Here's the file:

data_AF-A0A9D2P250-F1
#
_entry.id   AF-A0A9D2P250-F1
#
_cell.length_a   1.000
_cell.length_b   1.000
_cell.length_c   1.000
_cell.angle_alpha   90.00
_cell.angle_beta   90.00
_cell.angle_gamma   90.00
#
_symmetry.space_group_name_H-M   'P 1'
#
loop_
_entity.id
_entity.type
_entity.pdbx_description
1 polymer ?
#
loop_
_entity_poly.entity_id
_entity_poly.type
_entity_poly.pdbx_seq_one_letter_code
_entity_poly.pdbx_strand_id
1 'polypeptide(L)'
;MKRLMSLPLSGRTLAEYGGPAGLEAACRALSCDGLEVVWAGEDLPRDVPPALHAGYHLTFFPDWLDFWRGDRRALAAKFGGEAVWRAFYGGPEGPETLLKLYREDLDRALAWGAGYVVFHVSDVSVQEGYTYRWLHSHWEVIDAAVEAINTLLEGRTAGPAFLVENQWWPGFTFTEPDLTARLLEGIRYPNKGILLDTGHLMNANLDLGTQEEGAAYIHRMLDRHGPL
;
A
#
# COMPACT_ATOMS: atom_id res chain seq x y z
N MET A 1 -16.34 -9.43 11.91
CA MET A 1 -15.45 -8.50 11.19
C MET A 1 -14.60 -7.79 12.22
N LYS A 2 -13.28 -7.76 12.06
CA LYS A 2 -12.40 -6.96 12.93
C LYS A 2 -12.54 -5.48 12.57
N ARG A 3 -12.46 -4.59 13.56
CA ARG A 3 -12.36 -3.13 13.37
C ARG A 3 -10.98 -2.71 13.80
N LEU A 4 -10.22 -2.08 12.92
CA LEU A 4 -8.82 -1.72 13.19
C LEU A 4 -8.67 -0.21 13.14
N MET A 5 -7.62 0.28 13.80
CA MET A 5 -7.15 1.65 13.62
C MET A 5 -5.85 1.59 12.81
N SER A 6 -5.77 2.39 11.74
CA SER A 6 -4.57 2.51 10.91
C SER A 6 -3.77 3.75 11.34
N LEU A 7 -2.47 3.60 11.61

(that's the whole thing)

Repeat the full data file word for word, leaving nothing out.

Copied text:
data_AF-A0A9D2P250-F1
#
_entry.id   AF-A0A9D2P250-F1
#
_cell.length_a   1.000
_cell.length_b   1.000
_cell.length_c   1.000
_cell.angle_alpha   90.00
_cell.angle_beta   90.00
_cell.angle_gamma   90.00
#
_symmetry.space_group_name_H-M   'P 1'
#
loop_
_entity.id
_entity.type
_entity.pdbx_description
1 polymer ?
#
loop_
_entity_poly.entity_id
_entity_poly.type
_entity_poly.pdbx_seq_one_letter_code
_entity_poly.pdbx_strand_id
1 'polypeptide(L)'
;MKRLMSLPLSGRTLAEYGGPAGLEAACRALSCDGLEVVWAGEDLPRDVPPALHAGYHLTFFPDWLDFWRGDRRALAAKFGGEAVWRAFYGGPEGPETLLKLYREDLDRALAWGAGYVVFHVSDVSVQEGYTYRWLHSHWEVIDAAVEAINTLLEGRTAGPAFLVENQWWPGFTFTEPDLTARLLEGIRYPNKGILLDTGHLMNANLDLGTQEEGAAYIHRMLDRHGPL
;
A
#
# COMPACT_ATOMS: atom_id res chain seq x y z
N MET A 1 -16.34 -9.43 11.91
CA MET A 1 -15.45 -8.50 11.19
C MET A 1 -14.60 -7.79 12.22
N LYS A 2 -13.28 -7.76 12.06
CA LYS A 2 -12.40 -6.96 12.93
C LYS A 2 -12.54 -5.48 12.57
N ARG A 3 -12.46 -4.59 13.56
CA ARG A 3 -12.36 -3.13 13.37
C ARG A 3 -10.98 -2.71 13.80
N LEU A 4 -10.22 -2.08 12.92
CA LEU A 4 -8.82 -1.72 13.19
C LEU A 4 -8.67 -0.21 13.14
N MET A 5 -7.62 0.28 13.80
CA MET A 5 -7.15 1.65 13.62
C MET A 5 -5.85 1.59 12.81
N SER A 6 -5.77 2.39 11.74
CA SER A 6 -4.57 2.51 10.91
C SER A 6 -3.77 3.75 11.34
N LEU A 7 -2.47 3.60 11.61